Two year grant ($25,179 in year 1; $25,000 in year 2)


14.  Freedom for All / Voice of the Free:  $30,140

            “Mobilizing youth Movements Among Indigenous Peoples to Prevent Child Trafficking in the Philippines’ | Palawan and Mindanao Islands, Philippines

            The grant will support an expansion of Voice of the Free’s iFIGHT anti trafficking education and prevention program, and reach an additional 15,000 youth in tribal areas of the Philippines.  Through large school assemblies which feature music, dance, testimonials and various media, and follow up social media and organizing activities, Voice of the Free warns young people about the dangers of online sexual exploitation and other forms of trafficking; encourages them to join local iFIGHT clubs; creates awareness among parents about the signs of trafficking and how to report them to authorities; and mobilizes and trains teachers and local community leaders to handle reports of trafficking. 


15.  Polus Center:  $50,000

            “Wings of Peace – A Trauma Counseling Program for Syrian Child Refugees” | East Amman, and Za’atari and Azraq refugee camps, Jordan

             This grant builds on the Foundation’s 2015 grant to Polus to develop a counseling program specifically intended for the treatment of Syrian Refugee children who have experienced extreme trauma and PTSD.   Polus will expand the ‘Wings of Peace’ arts therapy program that was developed under the first grant, deepening data collection, analysis, and evaluation to allow the therapy model to be widely shared with other child mental health providers in the region and also train youth who have gone through the program to become peer support counselors and mentors to younger children entering the program.


Two year program ($25,000 in year 1; $25,000 in year 2)



16.  Perkins School for the Blind International:  $50,000

            “Serbia:  Keeping Children with Multiple Disabilities out of Orphanages” | Belgrade, Serbia

             This grant will enable Perkins to begin work in Serbia to build family and community capacity to educate and care for disabled children at home and in their communities.   Without capacity or community services for care and education, families often have no choice but to house children with multiple disabilities in remote institutions and orphanages.  This pilot project will: increase the number of community based teachers and paraprofessionals skilled in working with children with multiple disabilities; establish four community school-based model programs of education and care that will accommodate 500 children; and initiate of program of home based parental and caregiver support and education.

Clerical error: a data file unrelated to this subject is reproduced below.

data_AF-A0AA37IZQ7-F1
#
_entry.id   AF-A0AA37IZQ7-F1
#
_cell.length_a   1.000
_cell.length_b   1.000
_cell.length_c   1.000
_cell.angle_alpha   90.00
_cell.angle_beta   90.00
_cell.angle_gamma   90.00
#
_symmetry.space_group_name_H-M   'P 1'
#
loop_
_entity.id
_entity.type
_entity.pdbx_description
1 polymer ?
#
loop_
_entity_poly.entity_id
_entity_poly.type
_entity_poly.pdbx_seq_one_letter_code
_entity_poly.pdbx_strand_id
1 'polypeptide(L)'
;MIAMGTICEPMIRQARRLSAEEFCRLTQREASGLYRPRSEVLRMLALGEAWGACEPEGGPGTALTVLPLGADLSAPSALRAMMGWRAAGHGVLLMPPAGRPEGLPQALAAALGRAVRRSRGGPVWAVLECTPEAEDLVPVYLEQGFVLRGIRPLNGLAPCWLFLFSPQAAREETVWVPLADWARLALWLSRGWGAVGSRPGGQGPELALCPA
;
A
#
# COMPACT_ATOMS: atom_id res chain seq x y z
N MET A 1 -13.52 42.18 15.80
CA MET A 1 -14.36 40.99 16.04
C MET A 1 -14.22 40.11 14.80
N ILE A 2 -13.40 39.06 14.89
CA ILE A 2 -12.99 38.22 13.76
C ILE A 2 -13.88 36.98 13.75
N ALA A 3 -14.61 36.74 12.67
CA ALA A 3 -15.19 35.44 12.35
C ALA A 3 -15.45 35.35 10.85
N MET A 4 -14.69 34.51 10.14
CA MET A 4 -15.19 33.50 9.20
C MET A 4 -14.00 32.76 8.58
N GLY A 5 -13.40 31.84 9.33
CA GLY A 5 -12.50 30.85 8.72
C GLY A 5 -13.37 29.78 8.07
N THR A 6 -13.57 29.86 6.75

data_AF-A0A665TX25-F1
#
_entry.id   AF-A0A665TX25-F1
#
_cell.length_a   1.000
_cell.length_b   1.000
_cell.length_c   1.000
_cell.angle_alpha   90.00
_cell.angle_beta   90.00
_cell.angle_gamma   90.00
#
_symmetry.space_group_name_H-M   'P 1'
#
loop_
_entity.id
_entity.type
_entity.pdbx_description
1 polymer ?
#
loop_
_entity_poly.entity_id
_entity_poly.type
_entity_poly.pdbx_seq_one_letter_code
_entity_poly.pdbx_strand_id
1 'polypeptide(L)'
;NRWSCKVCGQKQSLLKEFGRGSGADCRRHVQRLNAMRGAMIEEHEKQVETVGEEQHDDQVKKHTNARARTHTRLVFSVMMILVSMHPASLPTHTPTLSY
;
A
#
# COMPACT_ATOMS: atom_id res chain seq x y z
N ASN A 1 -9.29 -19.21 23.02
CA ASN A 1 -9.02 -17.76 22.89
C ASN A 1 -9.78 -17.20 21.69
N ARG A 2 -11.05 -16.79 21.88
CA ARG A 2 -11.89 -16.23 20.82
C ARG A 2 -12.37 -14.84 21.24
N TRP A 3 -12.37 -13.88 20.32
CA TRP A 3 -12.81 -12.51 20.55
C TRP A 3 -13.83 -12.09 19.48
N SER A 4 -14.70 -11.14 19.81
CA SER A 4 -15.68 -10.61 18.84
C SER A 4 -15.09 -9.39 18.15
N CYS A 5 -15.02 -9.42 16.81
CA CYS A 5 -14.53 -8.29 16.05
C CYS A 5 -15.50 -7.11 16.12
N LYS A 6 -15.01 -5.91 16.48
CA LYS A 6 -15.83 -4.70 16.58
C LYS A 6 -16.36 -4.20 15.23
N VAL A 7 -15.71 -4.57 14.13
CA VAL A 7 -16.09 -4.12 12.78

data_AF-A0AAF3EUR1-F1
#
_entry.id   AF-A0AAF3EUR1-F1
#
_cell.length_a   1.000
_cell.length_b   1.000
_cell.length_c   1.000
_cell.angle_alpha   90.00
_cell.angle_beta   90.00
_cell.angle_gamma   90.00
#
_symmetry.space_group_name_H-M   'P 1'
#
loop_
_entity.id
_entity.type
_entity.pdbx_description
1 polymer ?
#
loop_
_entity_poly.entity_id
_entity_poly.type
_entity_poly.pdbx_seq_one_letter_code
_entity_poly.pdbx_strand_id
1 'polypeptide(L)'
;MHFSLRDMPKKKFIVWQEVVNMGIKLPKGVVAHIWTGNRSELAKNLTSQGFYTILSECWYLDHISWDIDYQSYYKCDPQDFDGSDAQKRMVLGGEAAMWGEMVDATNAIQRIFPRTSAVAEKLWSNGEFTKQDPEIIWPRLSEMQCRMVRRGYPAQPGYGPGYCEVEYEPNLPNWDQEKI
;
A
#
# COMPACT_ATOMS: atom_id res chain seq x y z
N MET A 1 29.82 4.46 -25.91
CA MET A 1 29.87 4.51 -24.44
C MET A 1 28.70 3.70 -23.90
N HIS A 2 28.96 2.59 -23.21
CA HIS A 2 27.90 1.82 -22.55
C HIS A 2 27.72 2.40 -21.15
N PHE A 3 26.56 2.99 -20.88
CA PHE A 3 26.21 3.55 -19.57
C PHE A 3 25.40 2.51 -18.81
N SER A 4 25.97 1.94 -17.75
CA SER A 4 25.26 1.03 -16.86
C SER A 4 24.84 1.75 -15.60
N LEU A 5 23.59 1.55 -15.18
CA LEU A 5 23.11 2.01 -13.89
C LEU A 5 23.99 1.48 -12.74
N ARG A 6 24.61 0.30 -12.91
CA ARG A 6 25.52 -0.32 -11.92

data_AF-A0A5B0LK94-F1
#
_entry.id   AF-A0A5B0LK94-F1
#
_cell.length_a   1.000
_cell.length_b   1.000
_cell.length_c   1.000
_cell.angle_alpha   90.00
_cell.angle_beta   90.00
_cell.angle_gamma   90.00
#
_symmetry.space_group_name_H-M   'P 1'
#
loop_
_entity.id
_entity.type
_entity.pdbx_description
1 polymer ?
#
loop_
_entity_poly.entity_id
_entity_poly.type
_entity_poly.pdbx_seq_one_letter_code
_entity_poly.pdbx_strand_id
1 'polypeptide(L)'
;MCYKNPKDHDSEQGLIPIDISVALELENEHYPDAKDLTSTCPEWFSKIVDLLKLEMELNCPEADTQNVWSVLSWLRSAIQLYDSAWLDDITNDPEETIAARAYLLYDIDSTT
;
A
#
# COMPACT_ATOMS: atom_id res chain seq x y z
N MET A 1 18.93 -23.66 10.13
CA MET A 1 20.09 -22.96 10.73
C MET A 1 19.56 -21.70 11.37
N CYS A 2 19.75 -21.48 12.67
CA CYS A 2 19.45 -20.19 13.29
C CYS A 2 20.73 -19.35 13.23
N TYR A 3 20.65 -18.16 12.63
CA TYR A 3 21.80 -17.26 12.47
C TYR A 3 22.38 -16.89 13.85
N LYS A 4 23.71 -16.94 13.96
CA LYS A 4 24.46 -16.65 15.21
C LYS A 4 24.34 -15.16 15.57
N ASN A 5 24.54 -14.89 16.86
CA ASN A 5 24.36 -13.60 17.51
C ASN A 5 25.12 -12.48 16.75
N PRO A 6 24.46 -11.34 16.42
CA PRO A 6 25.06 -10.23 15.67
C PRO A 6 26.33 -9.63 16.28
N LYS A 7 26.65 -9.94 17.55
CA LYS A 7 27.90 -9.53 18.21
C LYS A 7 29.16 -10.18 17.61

Grants by Program Category:


Disabilities: 


            Global Fund for Children                                             $62,500

            Kupona Foundation/CCBRT                                        43,928

            Vision for the Poor/Visualiza                                       40,000

            Street Child                                                                             25,179

            Perkins School for the Blind International           50,000

                                                                                                              $221,607


Trafficked and Exploited:


            Global Fund for Children                                            $62,500         

            Women for Afghan Women                                         30,000

            Fund for Global Human Rights                                   40,000

            Cooperative for Education                                           35,000

            Little Sisters Fund                                                              30,000

            Freedom for All/Voice of the Free                           30,140                                              

                                                                                                             $227,640

 
Refugee:



            iACT                                                                                        $40,000

            Soccer Without Borders                                                45,000

            Anera                                                                                         40,000

            International Refugee Assistance Project          35,000

            Polus Center                                                                         25,000

                                                                                                             $185,000                


Other:



            Children’s Agenda                                                           $50,000                                                                                                                       


Total Grants Made in 2018:                      $684,247

Total Commitments Made in 2018:     $734,247